It’s important to understand that the University believes that institutional neutrality is necessary for free expression to exist. This belief informs how the Kalven Report fits into the larger goals of the University. The institutional neutrality advocated for in the Kalven Report is a result of the University’s longstanding commitment to free expression, which is itself a result of the University’s unwavering mission to produce knowledge (i.e., ideas that can withstand the strongest scrutiny). The subtle point is that, because of these causal relationships, the Kalven Report advocates institutional neutrality only in the context of protecting free expression. It does not advocate institutional neutrality beyond this context. As an example of this, consider that the willingness to protect free expression is itself a normative institutional stance; however, the Kalven Report does not suggest that the University stop protecting free expression; free expression is a “higher value”—as it were—than institutional neutrality. As it relates to investments, insofar as the protection of free expression serves as the underlying motivation for the Kalven Report, the validity of the Kalven Report as a justification for inaction is questionable when the issue at stake concerns free expression itself.

My main question remains open: is it legitimate for the University to invest in entities that restrict free expression? Several other related questions also come to mind:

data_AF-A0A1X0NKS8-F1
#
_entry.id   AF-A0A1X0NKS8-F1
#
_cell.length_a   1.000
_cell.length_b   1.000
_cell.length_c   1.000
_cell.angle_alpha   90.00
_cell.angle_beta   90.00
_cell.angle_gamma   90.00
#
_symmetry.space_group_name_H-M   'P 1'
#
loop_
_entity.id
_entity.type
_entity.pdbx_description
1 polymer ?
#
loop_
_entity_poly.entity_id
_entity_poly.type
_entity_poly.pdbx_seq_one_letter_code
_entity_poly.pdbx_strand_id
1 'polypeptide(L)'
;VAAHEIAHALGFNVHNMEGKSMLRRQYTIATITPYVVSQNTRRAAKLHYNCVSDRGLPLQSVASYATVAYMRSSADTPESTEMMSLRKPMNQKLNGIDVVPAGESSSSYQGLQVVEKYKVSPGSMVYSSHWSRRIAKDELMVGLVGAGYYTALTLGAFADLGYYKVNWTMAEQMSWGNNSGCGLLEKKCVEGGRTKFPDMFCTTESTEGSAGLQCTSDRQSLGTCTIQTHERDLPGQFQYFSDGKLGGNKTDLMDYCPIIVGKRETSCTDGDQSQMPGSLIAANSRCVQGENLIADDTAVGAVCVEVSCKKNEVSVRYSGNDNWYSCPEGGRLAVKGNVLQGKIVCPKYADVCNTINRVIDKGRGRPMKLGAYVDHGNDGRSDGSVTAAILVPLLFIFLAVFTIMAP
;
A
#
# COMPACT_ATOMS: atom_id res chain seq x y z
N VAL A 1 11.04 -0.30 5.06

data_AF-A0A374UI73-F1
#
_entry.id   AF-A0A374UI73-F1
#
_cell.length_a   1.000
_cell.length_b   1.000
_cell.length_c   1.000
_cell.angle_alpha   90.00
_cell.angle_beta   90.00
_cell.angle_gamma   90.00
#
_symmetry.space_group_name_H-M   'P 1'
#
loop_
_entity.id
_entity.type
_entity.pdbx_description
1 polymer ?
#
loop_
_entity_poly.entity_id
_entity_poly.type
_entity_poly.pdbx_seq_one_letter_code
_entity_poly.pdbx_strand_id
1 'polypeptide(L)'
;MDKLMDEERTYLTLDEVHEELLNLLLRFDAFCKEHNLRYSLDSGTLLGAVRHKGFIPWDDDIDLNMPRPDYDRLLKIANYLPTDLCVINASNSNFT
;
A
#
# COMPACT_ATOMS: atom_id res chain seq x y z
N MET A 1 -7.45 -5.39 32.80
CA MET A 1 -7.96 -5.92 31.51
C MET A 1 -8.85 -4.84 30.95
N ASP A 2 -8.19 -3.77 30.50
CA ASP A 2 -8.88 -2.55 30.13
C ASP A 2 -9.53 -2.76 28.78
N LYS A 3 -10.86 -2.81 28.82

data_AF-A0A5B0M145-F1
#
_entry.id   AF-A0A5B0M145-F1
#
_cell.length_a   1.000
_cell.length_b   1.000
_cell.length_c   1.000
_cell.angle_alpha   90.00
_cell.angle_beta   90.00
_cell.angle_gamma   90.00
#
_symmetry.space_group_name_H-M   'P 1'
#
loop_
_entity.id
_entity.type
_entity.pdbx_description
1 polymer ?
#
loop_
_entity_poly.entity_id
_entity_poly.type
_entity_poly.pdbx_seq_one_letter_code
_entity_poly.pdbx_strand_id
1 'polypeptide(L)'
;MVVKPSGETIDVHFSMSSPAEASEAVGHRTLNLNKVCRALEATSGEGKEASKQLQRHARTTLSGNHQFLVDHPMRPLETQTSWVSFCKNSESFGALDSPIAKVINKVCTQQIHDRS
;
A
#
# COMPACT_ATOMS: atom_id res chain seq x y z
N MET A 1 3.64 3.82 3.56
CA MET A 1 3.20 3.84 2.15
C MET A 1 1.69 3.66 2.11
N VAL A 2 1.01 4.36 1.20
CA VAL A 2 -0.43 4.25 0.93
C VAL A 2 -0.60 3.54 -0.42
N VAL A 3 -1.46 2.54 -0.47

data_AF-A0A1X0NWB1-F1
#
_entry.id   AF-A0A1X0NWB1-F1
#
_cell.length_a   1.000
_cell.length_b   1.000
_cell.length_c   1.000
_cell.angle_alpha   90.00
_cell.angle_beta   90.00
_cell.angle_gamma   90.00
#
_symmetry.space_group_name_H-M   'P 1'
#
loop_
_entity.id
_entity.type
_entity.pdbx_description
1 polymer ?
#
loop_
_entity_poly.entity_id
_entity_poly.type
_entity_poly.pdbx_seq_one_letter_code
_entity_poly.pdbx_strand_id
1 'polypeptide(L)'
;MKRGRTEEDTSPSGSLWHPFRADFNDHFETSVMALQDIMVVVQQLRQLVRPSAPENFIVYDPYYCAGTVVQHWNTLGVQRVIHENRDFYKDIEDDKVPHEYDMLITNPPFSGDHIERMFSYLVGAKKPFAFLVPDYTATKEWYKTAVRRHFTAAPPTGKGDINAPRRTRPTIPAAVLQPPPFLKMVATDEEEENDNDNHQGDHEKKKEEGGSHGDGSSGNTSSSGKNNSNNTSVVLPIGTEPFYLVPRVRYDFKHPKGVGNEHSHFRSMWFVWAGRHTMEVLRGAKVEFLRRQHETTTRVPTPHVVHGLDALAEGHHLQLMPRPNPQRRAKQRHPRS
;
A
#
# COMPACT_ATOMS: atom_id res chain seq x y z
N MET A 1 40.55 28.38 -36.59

1. Does the University have any obligation to protect free expression for people outside of the University community? On the other hand, isn’t it possible that people in the University community are subject to the suppression of free expression—perhaps outside the geographic bounds of the University? For example, isn't it possible that a University member participated in protests in Charlottesville?

2. Google recently fired an engineer for writing a memo that, as far as I can tell, would be protected under the University’s policy on free expression. Presumably, the University has at least some investment interest in Google. Is it really reasonable—or even feasible—for the University to divest from Google because of the possibility that Google suppresses free expression? If the University were to divest from Google for this reason, how many other investments would the University have to forgo? In this case, what could possibly be a legitimate investment?

3. Are these kinds of scenarios in which the University has some investment interest in the suppression of free expression so rare that they are not worth consideration?

4. Is there a systematic way of avoiding these kinds of scenarios? Is there even a reason to avoid these scenarios?

5. Is an endowment model even appropriate for the University of Chicago?

While I, at least as of right now, wholeheartedly support the ideas in both the Report of the Committee on the Freedom of Expression and the Kalven Report, I also believe that these questions—and others—are worth discussing by members of the University community in order to evaluate the consistency between these reports and the University’s actions.

Rohit Chandran is a third-year in the College studying mathematics with a specialization in economics.